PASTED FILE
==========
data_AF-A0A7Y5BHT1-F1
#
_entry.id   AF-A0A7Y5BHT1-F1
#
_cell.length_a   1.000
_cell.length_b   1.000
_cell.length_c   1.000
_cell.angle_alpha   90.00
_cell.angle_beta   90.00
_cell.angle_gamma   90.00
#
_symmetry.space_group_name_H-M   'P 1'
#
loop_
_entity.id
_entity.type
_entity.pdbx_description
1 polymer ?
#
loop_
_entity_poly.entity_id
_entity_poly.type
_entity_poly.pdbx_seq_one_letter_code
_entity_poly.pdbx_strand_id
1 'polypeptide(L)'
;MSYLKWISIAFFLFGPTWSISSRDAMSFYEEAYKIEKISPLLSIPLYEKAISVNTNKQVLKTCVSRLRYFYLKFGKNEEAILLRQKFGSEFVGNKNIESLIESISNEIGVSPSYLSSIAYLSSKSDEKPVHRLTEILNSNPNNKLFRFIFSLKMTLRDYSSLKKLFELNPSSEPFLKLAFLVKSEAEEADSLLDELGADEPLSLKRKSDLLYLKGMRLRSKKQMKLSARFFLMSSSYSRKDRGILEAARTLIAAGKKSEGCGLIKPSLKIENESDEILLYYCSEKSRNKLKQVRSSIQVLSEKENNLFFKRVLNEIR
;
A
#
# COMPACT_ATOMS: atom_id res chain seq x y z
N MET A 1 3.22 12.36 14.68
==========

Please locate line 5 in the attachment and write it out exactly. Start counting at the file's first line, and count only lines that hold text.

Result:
_cell.length_a   1.000